Resistance to thyrotropin and thyrotropin-releasing hormone
- Samuel Refetoff, MD
Samuel Refetoff, MD
- Professor of Medicine, Pediatrics, and Committee on Genetics
- University of Chicago
- Roy E Weiss, MD, PhD
Roy E Weiss, MD, PhD
- Professor and Chairman
- The University of Miami Miller School of Medicine
- Helmut Grasberger, MD
Helmut Grasberger, MD
- Fellow in Gastroenterology
- University of Michigan
Hormone resistance syndromes can be broadly defined as reduced or absent end-organ responsiveness to a hormone. Several general mechanisms have been identified:
●Impaired biologic activity of the hormone — Impaired activity of the hormone is caused by mutations or post-transcriptional modification that result in production of an abnormal hormone molecule. Since response to the authentic hormone is normal, this circumstance is a "pseudo-resistance."
●Impaired function of hormone receptor — Impaired receptor function is caused by mutations in the receptor gene, leading in defective or absent receptor protein. Receptor defects result in impaired or absent ability to bind the hormone, defective transmission of the signal produced by hormone binding, defective targeting to the site of action, or lack of receptor synthesis.
●Quantitative reduction in receptor in the absence of receptor gene defect — Reduced quantity of the receptor may be caused by decreased synthesis or accelerated degradation. These can occur in an absence of a defect in the receptor gene or molecule proper but involve substances that control such functions.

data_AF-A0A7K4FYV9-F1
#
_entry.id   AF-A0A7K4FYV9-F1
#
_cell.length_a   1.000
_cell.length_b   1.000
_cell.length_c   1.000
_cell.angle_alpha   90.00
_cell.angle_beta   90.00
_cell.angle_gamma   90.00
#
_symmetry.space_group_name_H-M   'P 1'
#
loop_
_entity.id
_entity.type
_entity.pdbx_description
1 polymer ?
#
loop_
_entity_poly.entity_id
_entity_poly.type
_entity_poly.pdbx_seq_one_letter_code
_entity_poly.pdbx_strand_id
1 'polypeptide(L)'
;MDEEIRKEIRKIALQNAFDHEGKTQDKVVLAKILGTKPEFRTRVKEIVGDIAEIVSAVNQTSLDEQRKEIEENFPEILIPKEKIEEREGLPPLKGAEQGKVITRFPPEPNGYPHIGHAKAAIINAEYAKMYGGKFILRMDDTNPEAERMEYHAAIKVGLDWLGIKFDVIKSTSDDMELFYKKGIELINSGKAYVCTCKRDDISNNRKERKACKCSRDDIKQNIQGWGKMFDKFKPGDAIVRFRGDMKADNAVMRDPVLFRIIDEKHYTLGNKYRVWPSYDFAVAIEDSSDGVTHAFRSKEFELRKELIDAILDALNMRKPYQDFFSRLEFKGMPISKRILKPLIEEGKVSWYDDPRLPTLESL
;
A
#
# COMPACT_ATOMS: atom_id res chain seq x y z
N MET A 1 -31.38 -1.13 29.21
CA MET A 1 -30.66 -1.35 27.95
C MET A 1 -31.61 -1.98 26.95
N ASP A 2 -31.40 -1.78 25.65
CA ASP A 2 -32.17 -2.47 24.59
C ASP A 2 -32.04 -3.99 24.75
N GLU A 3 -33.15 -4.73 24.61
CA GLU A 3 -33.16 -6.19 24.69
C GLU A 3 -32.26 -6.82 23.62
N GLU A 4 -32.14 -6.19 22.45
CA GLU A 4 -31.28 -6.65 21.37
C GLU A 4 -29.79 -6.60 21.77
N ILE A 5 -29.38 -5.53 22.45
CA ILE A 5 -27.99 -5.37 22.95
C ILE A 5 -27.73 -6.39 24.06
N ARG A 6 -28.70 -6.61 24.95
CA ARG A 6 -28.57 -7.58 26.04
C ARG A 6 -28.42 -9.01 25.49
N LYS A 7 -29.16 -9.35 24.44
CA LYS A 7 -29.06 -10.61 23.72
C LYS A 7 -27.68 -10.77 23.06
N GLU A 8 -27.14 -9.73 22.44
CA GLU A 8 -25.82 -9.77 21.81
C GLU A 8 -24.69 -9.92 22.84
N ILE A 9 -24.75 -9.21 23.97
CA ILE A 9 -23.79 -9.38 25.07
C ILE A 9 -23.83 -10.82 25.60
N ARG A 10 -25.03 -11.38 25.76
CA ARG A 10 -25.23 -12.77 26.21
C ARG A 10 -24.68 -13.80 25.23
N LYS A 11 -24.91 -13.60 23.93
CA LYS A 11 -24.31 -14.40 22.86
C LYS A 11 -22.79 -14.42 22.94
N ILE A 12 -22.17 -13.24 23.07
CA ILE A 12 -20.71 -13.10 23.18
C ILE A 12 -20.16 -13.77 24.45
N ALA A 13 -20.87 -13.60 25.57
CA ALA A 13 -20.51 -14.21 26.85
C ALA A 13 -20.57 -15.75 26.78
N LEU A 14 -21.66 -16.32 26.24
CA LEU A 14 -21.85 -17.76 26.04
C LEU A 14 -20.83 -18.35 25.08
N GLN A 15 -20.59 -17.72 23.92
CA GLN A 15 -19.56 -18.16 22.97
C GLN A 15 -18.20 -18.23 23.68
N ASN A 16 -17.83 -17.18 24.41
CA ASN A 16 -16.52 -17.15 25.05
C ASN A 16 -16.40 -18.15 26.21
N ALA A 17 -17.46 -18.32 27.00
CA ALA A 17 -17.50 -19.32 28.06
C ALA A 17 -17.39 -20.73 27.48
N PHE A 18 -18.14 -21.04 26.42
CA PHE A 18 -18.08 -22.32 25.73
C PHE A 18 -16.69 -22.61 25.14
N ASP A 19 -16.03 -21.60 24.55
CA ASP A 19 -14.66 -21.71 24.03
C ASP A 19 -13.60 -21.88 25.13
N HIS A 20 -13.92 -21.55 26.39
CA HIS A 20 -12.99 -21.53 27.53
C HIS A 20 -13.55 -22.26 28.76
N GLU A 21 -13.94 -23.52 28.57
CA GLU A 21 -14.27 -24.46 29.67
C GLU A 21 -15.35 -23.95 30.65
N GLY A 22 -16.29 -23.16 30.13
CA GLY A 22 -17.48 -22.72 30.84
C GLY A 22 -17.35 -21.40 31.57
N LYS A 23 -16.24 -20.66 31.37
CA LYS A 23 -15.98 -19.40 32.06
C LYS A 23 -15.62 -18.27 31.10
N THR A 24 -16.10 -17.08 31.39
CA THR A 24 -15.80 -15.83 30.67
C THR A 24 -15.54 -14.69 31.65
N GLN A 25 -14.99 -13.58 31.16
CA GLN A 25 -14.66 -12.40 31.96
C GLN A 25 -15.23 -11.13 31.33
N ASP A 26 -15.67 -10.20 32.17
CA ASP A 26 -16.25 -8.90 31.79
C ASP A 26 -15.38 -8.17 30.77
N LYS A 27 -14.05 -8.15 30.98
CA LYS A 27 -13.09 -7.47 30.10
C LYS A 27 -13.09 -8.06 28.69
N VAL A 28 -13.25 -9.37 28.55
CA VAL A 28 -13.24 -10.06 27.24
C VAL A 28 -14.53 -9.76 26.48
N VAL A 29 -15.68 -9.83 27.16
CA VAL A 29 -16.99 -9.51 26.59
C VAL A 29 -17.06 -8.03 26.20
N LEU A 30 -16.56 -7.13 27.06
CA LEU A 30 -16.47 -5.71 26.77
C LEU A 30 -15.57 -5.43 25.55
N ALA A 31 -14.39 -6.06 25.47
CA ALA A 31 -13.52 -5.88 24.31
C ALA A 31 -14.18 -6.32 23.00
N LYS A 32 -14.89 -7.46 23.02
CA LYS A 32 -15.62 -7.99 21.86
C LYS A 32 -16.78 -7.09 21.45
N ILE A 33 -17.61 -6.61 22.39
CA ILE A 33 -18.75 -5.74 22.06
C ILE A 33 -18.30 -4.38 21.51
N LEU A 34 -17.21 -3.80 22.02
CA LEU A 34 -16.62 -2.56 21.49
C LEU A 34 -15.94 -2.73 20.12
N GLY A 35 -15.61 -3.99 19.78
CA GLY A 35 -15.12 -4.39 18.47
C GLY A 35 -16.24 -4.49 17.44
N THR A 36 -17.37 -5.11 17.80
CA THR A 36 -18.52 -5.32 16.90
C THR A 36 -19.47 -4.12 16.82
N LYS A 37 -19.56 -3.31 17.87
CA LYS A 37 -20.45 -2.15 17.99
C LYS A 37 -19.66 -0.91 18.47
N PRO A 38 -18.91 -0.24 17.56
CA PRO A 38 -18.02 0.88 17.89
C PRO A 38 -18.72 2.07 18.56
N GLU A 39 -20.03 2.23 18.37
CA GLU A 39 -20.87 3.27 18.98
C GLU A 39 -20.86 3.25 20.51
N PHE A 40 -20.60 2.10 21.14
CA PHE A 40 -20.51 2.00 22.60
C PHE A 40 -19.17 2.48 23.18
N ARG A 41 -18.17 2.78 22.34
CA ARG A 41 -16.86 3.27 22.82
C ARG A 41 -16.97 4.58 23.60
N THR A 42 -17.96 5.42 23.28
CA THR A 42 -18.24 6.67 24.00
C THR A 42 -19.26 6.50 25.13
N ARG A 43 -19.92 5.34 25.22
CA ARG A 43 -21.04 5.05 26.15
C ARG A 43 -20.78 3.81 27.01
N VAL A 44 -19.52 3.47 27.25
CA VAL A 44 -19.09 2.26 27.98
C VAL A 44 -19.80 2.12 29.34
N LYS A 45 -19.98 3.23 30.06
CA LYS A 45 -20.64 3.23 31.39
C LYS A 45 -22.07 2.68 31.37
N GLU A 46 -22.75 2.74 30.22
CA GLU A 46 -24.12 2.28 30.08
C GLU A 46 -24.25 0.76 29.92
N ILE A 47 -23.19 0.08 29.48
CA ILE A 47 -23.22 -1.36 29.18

●Postreceptor abnormalities — Cell-membrane hormone receptors, such as the thyrotropin (TSH) receptor, mediate hormone action by activating second messengers through interaction with guanine nucleotide-binding (Gs or Gq) proteins. Because these second messengers are activated by multiple hormones, some defects in postreceptor signaling pathways can give rise to impaired action of several hormones, as is the case in McCune-Albright syndrome. (See "Definition, etiology, and evaluation of precocious puberty", section on 'McCune-Albright syndrome'.)To continue reading this article, you must log in with your personal, hospital, or group practice subscription. For more information on subscription options, click below on the option that best describes you:
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- RESISTANCE TO TSH (RTSH)
- Mechanism of TSH action
- Prevalence and inheritance
- Pathogenesis of RTSH
- - Inactivating mutations in the TSH receptor gene located on chromosome 14
- - PAX8 gene mutations located on chromosome 2
- - Defect in the long arm of chromosome 15
- Classification and clinical manifestations
- - Fully compensated defect
- - Partially compensated defect
- - Uncompensated defect
- Differential diagnosis
- RESISTANCE TO THYROTROPIN-RELEASING HORMONE
- Mechanism of action of TRH
- Clinical manifestations
- SUMMARY AND RECOMMENDATIONS